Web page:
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Badge of honor
Submitted by Glenn Gullickson on Tue, 11/24/2015 - 12:00am
3 West Valley youths from Boy Scout Troop 99 earn Eagle Scout rank
Three West Valley youths have completed projects to improve their communities in an effort to earn the Boy Scouts of America’s highest rank.
Zachary Fish, Jimmy Herman and Brandon Roberts, all members of Troop 99 in Litchfield Park, were recognized as Eagle Scouts during a Boy Scouts Court of Honor event Nov. 8 at Palm Valley Community Center in Goodyear.
Besides earning a number of merit badges and demonstrating Scout spirit, attaining the Eagle Scout rank includes a service project that the Scout plans, organizes, leads and manages.
Helping homeless youths
Fish, 18, of Goodyear created a benefit for Homeless Youth Connection — a nonprofit agency in Goodyear that meets the needs of homeless teens in the West Valley — as part of Millennium High School’s 2014 homecoming parade.
The project was important “to raise awareness of the ongoing problem that kids and teenagers who go to our very schools don’t have a home to go to every day,” Fish said.
School organizations contributed items as part of their parade entry fee. Donations of clothes, toiletries and school supplies were also collected the week leading up to the parade and in boxes along the parade route.
Fish and his team of up to 20 Scouts and students spent 140 hours on the project, collecting items estimated to be worth $6,000.
This fall, Fish mentored the student who coordinated the second annual “Millennium Homecoming Parade for the Homeless Youth.” He hopes the event becomes a tradition, he said.
Fish started with Scout groups in the first grade, he said. He works summers at the Boy Scouts’ Camp Emerald Bay at Catalina Island in California.
He is the son of Mitchell and June Fish and is a 2015 graduate of Millennium High School in Goodyear. He is now a freshman at Arizona State University, where he is studying business administration and marketing.
Herman, 18, of Waddell led a team of about 25 people who assisted him in March with clearing an area near a trail at White Tank Mountain Regional Park in Waddell.
Herman was interested in doing a project at the park since he had used its trails as a child and for training hikes with the Scouts, he said.
“I wanted to do my project there to help maintain the park for others to have the same experiences,” he said.
Park personnel identified a three-fourths mile stretch alongside the Ford Canyon Trail in the park’s canyon area where buffelgrass needed to be removed.
It took 215 hours to complete the project, he said.
Herman became intrigued with the idea of Scouting as a kindergartener when he saw Scouts shooting off rockets, he said.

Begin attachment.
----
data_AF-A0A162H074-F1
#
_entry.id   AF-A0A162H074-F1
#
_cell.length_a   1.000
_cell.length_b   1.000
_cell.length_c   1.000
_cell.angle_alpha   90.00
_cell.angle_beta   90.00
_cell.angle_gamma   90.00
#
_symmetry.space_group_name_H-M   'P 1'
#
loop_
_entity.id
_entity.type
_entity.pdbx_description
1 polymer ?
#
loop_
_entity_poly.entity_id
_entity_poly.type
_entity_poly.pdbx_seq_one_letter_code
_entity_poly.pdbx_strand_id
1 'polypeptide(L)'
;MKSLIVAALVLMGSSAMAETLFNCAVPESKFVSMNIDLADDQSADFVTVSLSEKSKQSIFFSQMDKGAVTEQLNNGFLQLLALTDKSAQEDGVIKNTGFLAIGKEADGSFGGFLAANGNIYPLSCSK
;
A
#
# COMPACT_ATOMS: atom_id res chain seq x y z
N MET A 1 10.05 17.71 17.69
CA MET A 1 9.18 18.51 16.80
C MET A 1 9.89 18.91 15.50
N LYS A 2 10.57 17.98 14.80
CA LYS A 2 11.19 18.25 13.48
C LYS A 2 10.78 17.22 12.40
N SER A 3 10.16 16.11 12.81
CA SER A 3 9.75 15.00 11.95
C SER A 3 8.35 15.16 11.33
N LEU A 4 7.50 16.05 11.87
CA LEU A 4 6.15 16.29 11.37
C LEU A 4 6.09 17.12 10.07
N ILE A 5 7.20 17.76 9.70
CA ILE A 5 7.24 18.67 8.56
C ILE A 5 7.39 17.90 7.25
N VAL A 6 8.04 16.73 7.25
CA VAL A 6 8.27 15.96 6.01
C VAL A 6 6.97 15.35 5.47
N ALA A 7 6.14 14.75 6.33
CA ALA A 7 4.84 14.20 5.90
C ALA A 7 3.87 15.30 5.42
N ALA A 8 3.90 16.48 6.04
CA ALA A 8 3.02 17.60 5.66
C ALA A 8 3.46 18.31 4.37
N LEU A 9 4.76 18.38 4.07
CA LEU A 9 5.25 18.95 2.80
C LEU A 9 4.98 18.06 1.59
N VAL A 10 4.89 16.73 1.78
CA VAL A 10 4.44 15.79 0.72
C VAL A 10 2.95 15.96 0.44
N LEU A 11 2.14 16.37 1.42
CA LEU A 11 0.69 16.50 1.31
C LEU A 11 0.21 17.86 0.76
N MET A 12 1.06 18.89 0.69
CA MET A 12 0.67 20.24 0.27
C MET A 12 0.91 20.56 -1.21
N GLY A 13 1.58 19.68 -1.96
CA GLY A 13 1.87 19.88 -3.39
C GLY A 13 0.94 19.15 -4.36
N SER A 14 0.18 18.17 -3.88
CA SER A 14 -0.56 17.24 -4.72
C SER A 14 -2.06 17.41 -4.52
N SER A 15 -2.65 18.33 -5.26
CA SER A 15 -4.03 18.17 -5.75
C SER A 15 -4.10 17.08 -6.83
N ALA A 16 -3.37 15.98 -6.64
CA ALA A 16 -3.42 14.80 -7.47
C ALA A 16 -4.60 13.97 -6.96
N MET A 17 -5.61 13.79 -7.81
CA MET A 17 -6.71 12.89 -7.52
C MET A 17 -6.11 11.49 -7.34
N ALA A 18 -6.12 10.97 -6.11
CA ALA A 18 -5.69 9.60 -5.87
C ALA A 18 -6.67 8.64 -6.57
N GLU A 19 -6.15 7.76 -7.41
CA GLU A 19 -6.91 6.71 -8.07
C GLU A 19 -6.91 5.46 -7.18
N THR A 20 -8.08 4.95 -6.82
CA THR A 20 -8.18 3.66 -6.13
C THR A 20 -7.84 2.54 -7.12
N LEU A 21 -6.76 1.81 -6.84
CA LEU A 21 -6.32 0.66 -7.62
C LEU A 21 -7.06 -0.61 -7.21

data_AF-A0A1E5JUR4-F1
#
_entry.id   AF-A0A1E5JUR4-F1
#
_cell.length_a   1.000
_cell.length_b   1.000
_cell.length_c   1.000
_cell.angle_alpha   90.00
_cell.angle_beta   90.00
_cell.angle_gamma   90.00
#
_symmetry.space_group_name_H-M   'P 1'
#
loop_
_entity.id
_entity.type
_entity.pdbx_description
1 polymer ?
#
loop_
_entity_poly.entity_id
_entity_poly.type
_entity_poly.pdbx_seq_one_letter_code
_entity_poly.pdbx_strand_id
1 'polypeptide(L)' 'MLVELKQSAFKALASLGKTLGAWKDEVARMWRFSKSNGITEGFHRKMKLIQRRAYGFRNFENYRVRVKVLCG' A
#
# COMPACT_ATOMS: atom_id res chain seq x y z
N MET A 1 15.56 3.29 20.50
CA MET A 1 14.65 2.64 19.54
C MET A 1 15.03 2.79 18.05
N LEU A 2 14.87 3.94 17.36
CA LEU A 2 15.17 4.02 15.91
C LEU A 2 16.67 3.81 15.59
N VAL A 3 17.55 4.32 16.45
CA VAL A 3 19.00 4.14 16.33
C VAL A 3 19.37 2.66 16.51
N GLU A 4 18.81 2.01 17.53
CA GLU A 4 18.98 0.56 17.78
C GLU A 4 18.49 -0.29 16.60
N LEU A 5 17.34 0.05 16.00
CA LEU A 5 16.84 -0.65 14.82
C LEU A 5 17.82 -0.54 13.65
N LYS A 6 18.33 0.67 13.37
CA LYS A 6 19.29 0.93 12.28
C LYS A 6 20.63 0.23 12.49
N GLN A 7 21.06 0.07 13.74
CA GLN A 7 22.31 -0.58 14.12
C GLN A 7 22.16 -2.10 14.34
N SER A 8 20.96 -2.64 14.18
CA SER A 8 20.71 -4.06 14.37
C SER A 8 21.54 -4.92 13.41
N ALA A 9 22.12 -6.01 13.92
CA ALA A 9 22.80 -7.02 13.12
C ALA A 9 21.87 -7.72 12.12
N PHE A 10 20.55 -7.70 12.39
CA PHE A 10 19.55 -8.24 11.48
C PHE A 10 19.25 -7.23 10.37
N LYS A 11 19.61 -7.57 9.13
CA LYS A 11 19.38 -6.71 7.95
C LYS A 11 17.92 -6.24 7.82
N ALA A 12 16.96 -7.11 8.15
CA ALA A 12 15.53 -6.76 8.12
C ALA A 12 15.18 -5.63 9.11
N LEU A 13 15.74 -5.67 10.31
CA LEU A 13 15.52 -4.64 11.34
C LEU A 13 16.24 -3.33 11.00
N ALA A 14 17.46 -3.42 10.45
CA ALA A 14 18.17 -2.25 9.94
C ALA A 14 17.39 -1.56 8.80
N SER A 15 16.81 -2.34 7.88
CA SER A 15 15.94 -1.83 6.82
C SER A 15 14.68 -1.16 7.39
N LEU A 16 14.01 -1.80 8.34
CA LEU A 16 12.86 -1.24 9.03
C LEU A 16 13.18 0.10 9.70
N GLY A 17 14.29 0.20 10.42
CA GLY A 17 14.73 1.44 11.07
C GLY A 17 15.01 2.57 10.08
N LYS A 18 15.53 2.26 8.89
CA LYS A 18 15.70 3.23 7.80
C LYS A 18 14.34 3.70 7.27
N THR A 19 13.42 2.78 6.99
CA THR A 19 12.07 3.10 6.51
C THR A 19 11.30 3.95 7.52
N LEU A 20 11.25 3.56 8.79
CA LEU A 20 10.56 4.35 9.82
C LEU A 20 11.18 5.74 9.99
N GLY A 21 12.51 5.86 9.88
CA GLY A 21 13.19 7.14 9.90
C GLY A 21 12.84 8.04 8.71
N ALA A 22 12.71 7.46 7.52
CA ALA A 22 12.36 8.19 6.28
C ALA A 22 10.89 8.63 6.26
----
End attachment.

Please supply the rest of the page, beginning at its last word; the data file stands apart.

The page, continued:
“They told me if I joined, I could shoot rockets, too,” he said.
Eventually, his three younger brothers also joined and his father became a den leader and Scoutmaster.
He is the son of Jim and Jennifer Herman and a 2015 graduate of Verrado High School in Buckeye. He plans to attend Estrella Mountain Community College in Avondale next semester.
Lodging a locker room
Brandon, 16, of Litchfield Park did a project in January that he hopes will contribute to the success of his Millennium High School baseball team.
The task included installing a 12-foot by 5-foot modular office building that was refurbished and used as a coach’s office and locker room. Coaches built wooden lockers and a stool for each player, he said.
Previously, players would change into their uniforms at the school gym a couple of hundred yards away from the field or in their cars in a parking lot next to the field, Brandon said.
To complete the project, Brandon said he led discussions with Millennium High School and Agua Fria Union School District officials, as well as several local businesses.
The mobile unit was purchased with the help of the high school baseball boosters club.
Brandon also installed a new baseball cage and removed trash from around the field.
“These tasks have provided a safer place for the team to play and practice baseball and helped build pride in the program,” Brandon said.
The project took 446 hours with the help of 24 Boy Scouts and leaders and 14 high school baseball players, he said.
Brandon said his Eagle project is being submitted to the Grand Canyon Council, which could be the first step toward having it considered for a national prize that includes a $2,500 scholarship.
Brandon is the son of Tim and Kim Roberts and is a junior at Millennium.
Glenn Gullickson can be reached by email at firstname.lastname@example.org.
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